You're going to have to show us real code. How do you create the class in the first place, and how do you modify the methods? Details will really help us help you. – Ned Batchelder Sep 9 '10 at 21:53
    
Edited the main post with more detail. – Christian Sep 9 '10 at 22:32

Alright, trying again, but with a new understanding of the question:

class Foo(object):
    def method(self):
        print "Before"

f = Foo()
f.method()
def new_method(self):
    print "After"

Foo.method = new_method
f.method()

will print

Before
After

This will work with old style classes too. The key is modifying the class, not overriding the class's name.

share|improve this answer
    
Sorry, I mis-formatted the post. I am using Python in Maya and I have run into issues getting new style classes to update. – Christian Sep 9 '10 at 21:23
    
I can't really use "instance.myMethod = lambda self: print "bye""to update, since the instance calls are already part of other tools in the 3d pipeline. I want to change the method itself to print "bye" and then have the instance.myMethod() print bye. The issue I am having is only during a Maya session. If I restart the program, all the instances update to reflect the changes I've done to my method. Maybe the issue is a Maya issue and not a Python problem? – Christian Sep 9 '10 at 21:44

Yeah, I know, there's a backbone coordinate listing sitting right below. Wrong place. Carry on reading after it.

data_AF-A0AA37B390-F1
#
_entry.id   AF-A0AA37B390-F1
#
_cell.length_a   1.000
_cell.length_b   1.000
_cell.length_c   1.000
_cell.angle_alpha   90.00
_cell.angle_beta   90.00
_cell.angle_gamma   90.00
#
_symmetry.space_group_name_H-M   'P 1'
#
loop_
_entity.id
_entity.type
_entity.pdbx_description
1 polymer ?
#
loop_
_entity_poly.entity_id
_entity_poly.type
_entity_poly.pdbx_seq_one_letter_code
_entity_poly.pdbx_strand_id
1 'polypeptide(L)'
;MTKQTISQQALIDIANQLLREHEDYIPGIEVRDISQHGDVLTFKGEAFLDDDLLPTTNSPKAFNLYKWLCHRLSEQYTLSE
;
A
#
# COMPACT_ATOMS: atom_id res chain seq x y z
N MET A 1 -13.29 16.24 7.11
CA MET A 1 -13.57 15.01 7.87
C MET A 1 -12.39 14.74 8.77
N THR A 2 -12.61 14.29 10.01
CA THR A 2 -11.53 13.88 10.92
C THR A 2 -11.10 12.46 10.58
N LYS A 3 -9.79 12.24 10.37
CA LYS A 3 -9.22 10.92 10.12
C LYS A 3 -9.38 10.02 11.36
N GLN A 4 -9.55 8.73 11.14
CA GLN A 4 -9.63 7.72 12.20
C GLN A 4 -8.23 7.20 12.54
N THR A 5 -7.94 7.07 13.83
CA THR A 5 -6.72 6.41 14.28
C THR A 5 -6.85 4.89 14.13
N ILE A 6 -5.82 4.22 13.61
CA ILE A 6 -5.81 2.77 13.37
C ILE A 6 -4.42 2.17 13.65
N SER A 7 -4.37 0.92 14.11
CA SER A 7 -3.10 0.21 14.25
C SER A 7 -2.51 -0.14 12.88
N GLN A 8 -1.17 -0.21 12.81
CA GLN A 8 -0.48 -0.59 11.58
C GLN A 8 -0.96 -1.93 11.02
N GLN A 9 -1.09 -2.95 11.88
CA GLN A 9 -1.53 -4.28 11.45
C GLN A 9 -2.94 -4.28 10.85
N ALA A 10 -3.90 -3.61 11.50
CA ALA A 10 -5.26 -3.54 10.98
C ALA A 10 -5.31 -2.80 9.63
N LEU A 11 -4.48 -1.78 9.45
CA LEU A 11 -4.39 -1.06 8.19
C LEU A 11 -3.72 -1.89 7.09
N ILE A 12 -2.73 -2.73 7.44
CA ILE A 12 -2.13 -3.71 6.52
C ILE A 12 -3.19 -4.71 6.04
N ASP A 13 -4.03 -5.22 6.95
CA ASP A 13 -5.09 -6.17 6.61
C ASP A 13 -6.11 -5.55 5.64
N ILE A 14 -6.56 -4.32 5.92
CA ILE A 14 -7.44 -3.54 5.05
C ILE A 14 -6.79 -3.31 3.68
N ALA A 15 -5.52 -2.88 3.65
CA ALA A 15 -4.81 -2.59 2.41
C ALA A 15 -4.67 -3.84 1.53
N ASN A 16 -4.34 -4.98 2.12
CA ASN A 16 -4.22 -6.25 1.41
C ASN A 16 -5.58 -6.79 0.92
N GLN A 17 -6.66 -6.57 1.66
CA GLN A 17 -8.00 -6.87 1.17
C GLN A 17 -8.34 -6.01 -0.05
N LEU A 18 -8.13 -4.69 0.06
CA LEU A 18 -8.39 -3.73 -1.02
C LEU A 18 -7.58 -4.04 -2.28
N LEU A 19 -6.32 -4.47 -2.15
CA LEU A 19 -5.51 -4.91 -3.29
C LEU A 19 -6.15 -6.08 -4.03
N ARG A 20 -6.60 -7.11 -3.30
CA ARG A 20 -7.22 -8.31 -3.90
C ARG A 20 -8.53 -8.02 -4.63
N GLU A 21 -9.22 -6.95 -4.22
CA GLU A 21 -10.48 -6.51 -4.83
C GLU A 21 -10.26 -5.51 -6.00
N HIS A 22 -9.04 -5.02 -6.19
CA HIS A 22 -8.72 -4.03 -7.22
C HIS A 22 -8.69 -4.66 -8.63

Oh, so you want to update all instances of the class at the same time? – nmichaels Sep 9 '10 at 21:48
    
Correct. Right now I either have to reboot Maya or change the call to the method (in tools that are using the class method), using MyClass().myMethod(), then everything updates. – Christian Sep 9 '10 at 22:02

My other answer answers your original question, so I'm leaving it there, but I think what you really want is the reload function.

import our_maya.mayaCore
reload(our_maya.mayaCore)
from our_maya.mayaCore import *

Do that after you change the class definition. Your new method ought to show up and be used by all the existing instances of your class.

share|improve this answer
    
I have tried that. It does not refresh the instance object - it will still run the unmodified code. – Christian Sep 10 '10 at 14:52